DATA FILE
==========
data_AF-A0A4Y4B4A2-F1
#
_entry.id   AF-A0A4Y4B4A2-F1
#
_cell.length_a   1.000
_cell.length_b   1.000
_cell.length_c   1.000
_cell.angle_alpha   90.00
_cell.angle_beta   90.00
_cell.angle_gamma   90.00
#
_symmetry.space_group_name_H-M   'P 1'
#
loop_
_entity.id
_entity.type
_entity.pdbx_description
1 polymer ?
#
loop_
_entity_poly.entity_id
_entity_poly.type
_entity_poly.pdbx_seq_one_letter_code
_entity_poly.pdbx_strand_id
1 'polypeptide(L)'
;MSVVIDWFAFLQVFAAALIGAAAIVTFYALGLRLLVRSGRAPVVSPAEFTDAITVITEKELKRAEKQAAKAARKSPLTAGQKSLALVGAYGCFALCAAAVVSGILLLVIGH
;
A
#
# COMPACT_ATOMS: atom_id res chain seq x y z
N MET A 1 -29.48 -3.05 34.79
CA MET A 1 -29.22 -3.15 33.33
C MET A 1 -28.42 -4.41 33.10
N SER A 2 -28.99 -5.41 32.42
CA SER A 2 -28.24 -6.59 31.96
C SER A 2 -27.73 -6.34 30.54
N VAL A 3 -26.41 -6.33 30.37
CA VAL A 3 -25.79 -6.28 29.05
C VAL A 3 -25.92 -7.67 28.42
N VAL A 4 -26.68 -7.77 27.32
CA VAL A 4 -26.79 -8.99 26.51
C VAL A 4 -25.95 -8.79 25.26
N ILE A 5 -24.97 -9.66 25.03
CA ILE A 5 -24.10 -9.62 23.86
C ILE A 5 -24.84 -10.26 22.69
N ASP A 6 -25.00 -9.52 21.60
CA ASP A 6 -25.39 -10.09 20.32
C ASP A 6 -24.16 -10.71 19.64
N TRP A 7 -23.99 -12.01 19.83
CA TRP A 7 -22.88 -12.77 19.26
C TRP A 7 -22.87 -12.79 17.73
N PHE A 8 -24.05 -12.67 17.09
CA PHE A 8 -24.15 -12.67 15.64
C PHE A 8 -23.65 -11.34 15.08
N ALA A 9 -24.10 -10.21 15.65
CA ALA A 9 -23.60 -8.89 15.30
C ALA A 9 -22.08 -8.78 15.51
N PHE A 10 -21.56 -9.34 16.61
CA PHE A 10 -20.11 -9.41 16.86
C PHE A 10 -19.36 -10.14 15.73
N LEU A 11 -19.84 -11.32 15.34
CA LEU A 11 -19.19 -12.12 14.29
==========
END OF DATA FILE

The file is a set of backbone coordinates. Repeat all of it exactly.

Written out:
data_AF-A0A4Y4B4A2-F1
#
_entry.id   AF-A0A4Y4B4A2-F1
#
_cell.length_a   1.000
_cell.length_b   1.000
_cell.length_c   1.000
_cell.angle_alpha   90.00
_cell.angle_beta   90.00
_cell.angle_gamma   90.00
#
_symmetry.space_group_name_H-M   'P 1'
#
loop_
_entity.id
_entity.type
_entity.pdbx_description
1 polymer ?
#
loop_
_entity_poly.entity_id
_entity_poly.type
_entity_poly.pdbx_seq_one_letter_code
_entity_poly.pdbx_strand_id
1 'polypeptide(L)'
;MSVVIDWFAFLQVFAAALIGAAAIVTFYALGLRLLVRSGRAPVVSPAEFTDAITVITEKELKRAEKQAAKAARKSPLTAGQKSLALVGAYGCFALCAAAVVSGILLLVIGH
;
A
#
# COMPACT_ATOMS: atom_id res chain seq x y z
N MET A 1 -29.48 -3.05 34.79
CA MET A 1 -29.22 -3.15 33.33
C MET A 1 -28.42 -4.41 33.10
N SER A 2 -28.99 -5.41 32.42
CA SER A 2 -28.24 -6.59 31.96
C SER A 2 -27.73 -6.34 30.54
N VAL A 3 -26.41 -6.33 30.37
CA VAL A 3 -25.79 -6.28 29.05
C VAL A 3 -25.92 -7.67 28.42
N VAL A 4 -26.68 -7.77 27.32
CA VAL A 4 -26.79 -8.99 26.51
C VAL A 4 -25.95 -8.79 25.26
N ILE A 5 -24.97 -9.66 25.03
CA ILE A 5 -24.10 -9.62 23.86
C ILE A 5 -24.84 -10.26 22.69
N ASP A 6 -25.00 -9.52 21.60
CA ASP A 6 -25.39 -10.09 20.32
C ASP A 6 -24.16 -10.71 19.64
N TRP A 7 -23.99 -12.01 19.83
CA TRP A 7 -22.88 -12.77 19.26
C TRP A 7 -22.87 -12.79 17.73
N PHE A 8 -24.05 -12.67 17.09
CA PHE A 8 -24.15 -12.67 15.64
C PHE A 8 -23.65 -11.34 15.08
N ALA A 9 -24.10 -10.21 15.65
CA ALA A 9 -23.60 -8.89 15.30
C ALA A 9 -22.08 -8.78 15.51
N PHE A 10 -21.56 -9.34 16.61
CA PHE A 10 -20.11 -9.41 16.86
C PHE A 10 -19.36 -10.14 15.73
N LEU A 11 -19.84 -11.32 15.34
CA LEU A 11 -19.19 -12.12 14.29